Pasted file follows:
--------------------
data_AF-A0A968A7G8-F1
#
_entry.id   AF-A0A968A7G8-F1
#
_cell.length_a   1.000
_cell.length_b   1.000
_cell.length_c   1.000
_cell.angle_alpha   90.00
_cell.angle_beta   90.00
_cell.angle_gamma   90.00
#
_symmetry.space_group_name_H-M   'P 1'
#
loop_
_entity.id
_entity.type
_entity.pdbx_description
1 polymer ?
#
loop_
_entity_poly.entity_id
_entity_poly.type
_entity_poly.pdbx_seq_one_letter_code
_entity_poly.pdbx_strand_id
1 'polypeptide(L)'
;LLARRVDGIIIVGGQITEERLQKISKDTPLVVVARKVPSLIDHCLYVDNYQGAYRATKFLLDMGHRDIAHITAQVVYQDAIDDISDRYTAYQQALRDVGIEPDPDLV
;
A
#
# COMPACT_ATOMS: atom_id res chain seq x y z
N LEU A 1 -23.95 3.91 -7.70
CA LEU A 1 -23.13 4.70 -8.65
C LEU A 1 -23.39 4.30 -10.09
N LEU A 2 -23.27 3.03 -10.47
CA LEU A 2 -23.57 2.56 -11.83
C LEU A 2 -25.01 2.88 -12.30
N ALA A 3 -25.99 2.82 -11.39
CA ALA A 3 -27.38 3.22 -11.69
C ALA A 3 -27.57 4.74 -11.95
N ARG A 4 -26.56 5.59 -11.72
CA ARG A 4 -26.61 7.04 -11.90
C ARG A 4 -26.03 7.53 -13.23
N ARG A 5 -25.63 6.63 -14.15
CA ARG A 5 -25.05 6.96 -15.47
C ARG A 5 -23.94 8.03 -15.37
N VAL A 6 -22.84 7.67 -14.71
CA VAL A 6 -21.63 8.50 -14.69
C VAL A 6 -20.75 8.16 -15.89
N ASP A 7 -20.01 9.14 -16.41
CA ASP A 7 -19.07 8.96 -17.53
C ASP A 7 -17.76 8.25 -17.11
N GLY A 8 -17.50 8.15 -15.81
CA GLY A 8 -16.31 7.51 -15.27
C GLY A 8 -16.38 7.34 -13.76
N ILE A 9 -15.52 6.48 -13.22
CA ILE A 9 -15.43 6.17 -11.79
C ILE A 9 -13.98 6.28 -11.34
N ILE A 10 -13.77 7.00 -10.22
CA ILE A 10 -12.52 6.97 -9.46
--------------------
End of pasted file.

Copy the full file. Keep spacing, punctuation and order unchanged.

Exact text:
data_AF-A0A968A7G8-F1
#
_entry.id   AF-A0A968A7G8-F1
#
_cell.length_a   1.000
_cell.length_b   1.000
_cell.length_c   1.000
_cell.angle_alpha   90.00
_cell.angle_beta   90.00
_cell.angle_gamma   90.00
#
_symmetry.space_group_name_H-M   'P 1'
#
loop_
_entity.id
_entity.type
_entity.pdbx_description
1 polymer ?
#
loop_
_entity_poly.entity_id
_entity_poly.type
_entity_poly.pdbx_seq_one_letter_code
_entity_poly.pdbx_strand_id
1 'polypeptide(L)'
;LLARRVDGIIIVGGQITEERLQKISKDTPLVVVARKVPSLIDHCLYVDNYQGAYRATKFLLDMGHRDIAHITAQVVYQDAIDDISDRYTAYQQALRDVGIEPDPDLV
;
A
#
# COMPACT_ATOMS: atom_id res chain seq x y z
N LEU A 1 -23.95 3.91 -7.70
CA LEU A 1 -23.13 4.70 -8.65
C LEU A 1 -23.39 4.30 -10.09
N LEU A 2 -23.27 3.03 -10.47
CA LEU A 2 -23.57 2.56 -11.83
C LEU A 2 -25.01 2.88 -12.30
N ALA A 3 -25.99 2.82 -11.39
CA ALA A 3 -27.38 3.22 -11.69
C ALA A 3 -27.57 4.74 -11.95
N ARG A 4 -26.56 5.59 -11.72
CA ARG A 4 -26.61 7.04 -11.90
C ARG A 4 -26.03 7.53 -13.23
N ARG A 5 -25.63 6.63 -14.15
CA ARG A 5 -25.05 6.96 -15.47
C ARG A 5 -23.94 8.03 -15.37
N VAL A 6 -22.84 7.67 -14.71
CA VAL A 6 -21.63 8.50 -14.69
C VAL A 6 -20.75 8.16 -15.89
N ASP A 7 -20.01 9.14 -16.41
CA ASP A 7 -19.07 8.96 -17.53
C ASP A 7 -17.76 8.25 -17.11
N GLY A 8 -17.50 8.15 -15.81
CA GLY A 8 -16.31 7.51 -15.27
C GLY A 8 -16.38 7.34 -13.76
N ILE A 9 -15.52 6.48 -13.22
CA ILE A 9 -15.43 6.17 -11.79
C ILE A 9 -13.98 6.28 -11.34
N ILE A 10 -13.77 7.00 -10.22
CA ILE A 10 -12.52 6.97 -9.46